If you start to notice your dog drooling excessively, you need to start some detective work to try and figure out the cause. Try and figure out if there is a correlation and perhaps causation between certain situations and triggers. The sooner you do so, the easier it is to help your pet.

The drool bubble of excitement when greeting a horse in the field on a walk

Drooling is often a sign of anxiety or stress. 

Let’s start with the risk to your dog’s mental health. Drooling is often a sign of anxiety or stress. This may relate to a sudden trigger in their environment or a much deeper anxiety disorder. Try and determine the root cause. For example, do they drool excessively when there are thunderstorms or firework displays? Do they get stressed out around other animals or people? Minimizing exposure to a trigger could make a big difference.

Then there are the issues of separation anxiety. You might find that your dog is covered in drool when you get home from work, but doesn’t drool so much when they are with you. The solution here is to work on your training to leave the dog alone in a better state of mind. Or, you can try to minimize the amount of time they are alone.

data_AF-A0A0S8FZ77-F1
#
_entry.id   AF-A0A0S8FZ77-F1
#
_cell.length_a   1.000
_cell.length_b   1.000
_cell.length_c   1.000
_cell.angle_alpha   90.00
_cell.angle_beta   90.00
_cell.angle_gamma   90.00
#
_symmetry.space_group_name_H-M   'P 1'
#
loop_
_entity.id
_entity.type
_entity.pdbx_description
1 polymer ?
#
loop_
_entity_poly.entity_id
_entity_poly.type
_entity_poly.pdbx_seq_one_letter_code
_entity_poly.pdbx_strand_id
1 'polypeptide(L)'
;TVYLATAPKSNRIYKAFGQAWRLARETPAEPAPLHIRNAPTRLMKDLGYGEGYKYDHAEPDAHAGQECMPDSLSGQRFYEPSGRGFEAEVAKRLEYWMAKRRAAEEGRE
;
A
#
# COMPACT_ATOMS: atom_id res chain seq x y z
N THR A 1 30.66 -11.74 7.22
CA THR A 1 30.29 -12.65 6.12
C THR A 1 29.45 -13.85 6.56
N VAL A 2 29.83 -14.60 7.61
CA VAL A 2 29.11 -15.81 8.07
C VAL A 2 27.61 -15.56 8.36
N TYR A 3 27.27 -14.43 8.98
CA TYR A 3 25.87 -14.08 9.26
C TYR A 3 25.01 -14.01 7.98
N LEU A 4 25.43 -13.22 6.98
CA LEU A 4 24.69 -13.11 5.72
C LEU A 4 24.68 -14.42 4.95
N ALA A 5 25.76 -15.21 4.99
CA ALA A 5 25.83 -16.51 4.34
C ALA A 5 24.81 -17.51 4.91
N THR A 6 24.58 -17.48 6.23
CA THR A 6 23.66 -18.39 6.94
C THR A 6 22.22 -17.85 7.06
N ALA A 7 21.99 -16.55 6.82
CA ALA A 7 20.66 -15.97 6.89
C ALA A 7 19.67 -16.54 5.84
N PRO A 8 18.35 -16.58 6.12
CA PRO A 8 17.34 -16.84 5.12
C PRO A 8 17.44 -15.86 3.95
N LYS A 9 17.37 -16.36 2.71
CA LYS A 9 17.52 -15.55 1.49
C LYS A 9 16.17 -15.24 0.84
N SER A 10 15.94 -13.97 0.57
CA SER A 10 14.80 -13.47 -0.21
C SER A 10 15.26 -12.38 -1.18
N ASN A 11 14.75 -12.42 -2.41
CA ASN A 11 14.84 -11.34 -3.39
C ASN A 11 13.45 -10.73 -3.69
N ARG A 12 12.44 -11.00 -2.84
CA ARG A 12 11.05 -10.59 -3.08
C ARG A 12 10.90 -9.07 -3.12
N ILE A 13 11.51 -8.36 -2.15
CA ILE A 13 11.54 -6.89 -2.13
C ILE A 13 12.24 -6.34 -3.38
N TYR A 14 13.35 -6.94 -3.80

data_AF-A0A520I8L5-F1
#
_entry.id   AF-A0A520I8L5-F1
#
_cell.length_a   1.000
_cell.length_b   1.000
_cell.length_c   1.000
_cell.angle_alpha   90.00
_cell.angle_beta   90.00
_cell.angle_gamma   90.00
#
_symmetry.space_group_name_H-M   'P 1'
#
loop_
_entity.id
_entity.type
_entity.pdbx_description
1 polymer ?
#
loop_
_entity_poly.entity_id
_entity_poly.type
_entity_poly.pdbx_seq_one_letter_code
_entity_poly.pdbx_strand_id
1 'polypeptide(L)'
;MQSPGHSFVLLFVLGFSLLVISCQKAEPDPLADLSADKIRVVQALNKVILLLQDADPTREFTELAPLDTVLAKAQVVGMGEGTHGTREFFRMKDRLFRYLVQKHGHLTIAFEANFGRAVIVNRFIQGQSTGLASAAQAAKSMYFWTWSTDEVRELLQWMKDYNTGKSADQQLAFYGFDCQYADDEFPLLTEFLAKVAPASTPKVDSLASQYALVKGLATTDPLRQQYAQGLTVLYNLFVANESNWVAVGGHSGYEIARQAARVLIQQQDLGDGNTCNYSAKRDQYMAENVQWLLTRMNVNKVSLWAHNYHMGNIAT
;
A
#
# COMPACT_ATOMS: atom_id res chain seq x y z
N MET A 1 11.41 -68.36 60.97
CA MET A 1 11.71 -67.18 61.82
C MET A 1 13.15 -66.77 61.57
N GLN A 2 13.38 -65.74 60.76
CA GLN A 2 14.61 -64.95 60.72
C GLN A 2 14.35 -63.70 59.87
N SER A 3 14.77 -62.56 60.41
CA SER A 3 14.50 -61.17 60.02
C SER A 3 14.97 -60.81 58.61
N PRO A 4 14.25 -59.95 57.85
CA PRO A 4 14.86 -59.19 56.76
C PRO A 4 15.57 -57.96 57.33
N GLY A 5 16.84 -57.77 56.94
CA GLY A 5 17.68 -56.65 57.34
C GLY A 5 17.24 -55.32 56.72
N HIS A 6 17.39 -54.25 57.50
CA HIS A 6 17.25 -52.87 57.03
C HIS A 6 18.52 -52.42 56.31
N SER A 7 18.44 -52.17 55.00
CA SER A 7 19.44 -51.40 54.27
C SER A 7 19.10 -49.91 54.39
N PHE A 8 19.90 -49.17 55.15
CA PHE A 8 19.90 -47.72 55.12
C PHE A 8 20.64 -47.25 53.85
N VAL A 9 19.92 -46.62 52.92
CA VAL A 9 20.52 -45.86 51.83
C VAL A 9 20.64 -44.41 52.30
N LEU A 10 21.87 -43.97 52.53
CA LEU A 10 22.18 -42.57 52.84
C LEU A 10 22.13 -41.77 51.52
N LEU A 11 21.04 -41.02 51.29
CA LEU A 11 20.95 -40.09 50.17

Dental and mouth issues

Then there are the risks to their physical health. Dental and mouth problems could further disfigure the structure and function of the mouth so that they can’t contain their saliva. But, there are also deeper issues with organ health and poisoning to watch out for. For example, your dog may salivate excessively and quickly after eating something it finds in the countryside. In these cases, you must act fast.

Has your frenchie eaten a wasp?

Po was sitting in the garden one summer’s day when I looked across and saw that she was drooling really badly from one side of her mouth. When I looked again, I noticed that her muzzle was swollen on one side. 

I couldn’t see any injury, or a bee sting so I assumed it was a wasp, but rang our the vet just in case. They agreed that she had probably been stung by a wasp so I gave her an antihistamine to reduce the swelling and kept an eye on her breathing in case it got worse.

Thankfully the swelling went down and the drooling stopped and all was fine. Needless to say, Po is not too keen on those yellow and black insects. When they come near her, she barks.

What other signs can help you work out why your dog is drooling?